Leadership Spotlight

Recognizing Your Organization’s Culture

Stock image of a silver police badge.

In today’s world, police are under the proverbial microscope like never before. Each action is scrutinized both internally and externally. With the advent of body cameras, security monitors, and other technological advances throughout society, our officers function in a “fishbowl.” Leaders must do everything possible to stay ahead of the awareness curve and identify potential problem areas in their organization’s culture.

What is organizational culture? I will offer a couple of key points pertaining to this broad topic. Organizational culture is unique to every agency and comprises specific values, behaviors, attitudes, beliefs, and customs.1 Your culture results from both your written and unwritten rules. It can be what people think of when your organization is mentioned.

Police leaders must keep the concept of organizational culture in the forefront of their minds and constantly evaluate how their agencies are perceived. And, more important, why! An excellent tool to accomplish this is Dr. Edgar Schein’s model, in which he divides organizational culture into three categories.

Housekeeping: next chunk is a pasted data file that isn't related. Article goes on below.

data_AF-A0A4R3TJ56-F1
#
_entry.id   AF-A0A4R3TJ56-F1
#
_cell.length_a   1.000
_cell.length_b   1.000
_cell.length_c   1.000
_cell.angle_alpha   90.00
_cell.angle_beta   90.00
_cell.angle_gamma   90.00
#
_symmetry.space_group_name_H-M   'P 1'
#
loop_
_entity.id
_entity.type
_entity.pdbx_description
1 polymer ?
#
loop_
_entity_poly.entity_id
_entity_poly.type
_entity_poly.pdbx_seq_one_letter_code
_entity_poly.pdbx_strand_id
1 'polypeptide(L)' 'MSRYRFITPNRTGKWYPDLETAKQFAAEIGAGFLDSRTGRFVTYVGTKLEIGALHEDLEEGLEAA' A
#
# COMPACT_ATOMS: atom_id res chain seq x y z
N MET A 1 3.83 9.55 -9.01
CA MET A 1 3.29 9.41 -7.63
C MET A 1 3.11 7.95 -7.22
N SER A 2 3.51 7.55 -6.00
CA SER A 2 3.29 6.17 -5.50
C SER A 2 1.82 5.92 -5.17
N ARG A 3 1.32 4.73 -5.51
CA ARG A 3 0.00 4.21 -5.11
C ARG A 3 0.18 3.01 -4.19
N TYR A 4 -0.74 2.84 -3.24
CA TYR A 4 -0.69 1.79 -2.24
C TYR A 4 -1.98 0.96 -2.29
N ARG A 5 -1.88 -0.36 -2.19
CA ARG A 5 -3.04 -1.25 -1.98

1) Artifacts include anything about your agency that is published or constantly visible to the public.

2) Espoused values encompass how your organization accomplishes its mission. They are more visible to those who interact with your agency.

3) Underlying assumptions or beliefs drive the way your organization does business. If they remain consistent with published and trained organizational values, your agency’s culture likely is sound. Sadly, here is where practice may not meet policy. Unwritten rules, shortcuts, or inadvisable practices that are rationalized or tolerated usually reveal themselves in a critical incident or scandal.2

If police leaders meet regularly as a team to identify or reidentify their artifacts, espoused values, and underlying assumptions or beliefs, they likely can find trouble spots before a critical incident or scandal occurs. This can be accomplished even at the unit level. What it takes is intentionality in remaining aware of your organization’s culture.

Supervisory Special Agent Matthew Rebuck, an instructor in the Executive Programs Instruction Unit at the FBI Academy, prepared this Leadership Spotlight. He can be reached at mwrebuck@fbi.gov.

1 For a full definition, see Business Dictionary, s.v. “organizational culture,” accessed August 27, 2019, http://www.businessdictionary.com/definition/organizational-culture.html.
2 Edgar H. Schein, Organizational Culture and Leadership, 4th ed. (Hoboken, NJ: Jossey-Bass, 2010), accessed August 29, 2019, https://archive.org/stream/EdgarHScheinOrganizationalCultureAndLeadership/Edgar_H_Schein_Organizational_culture_and_leadership_djvu.txt.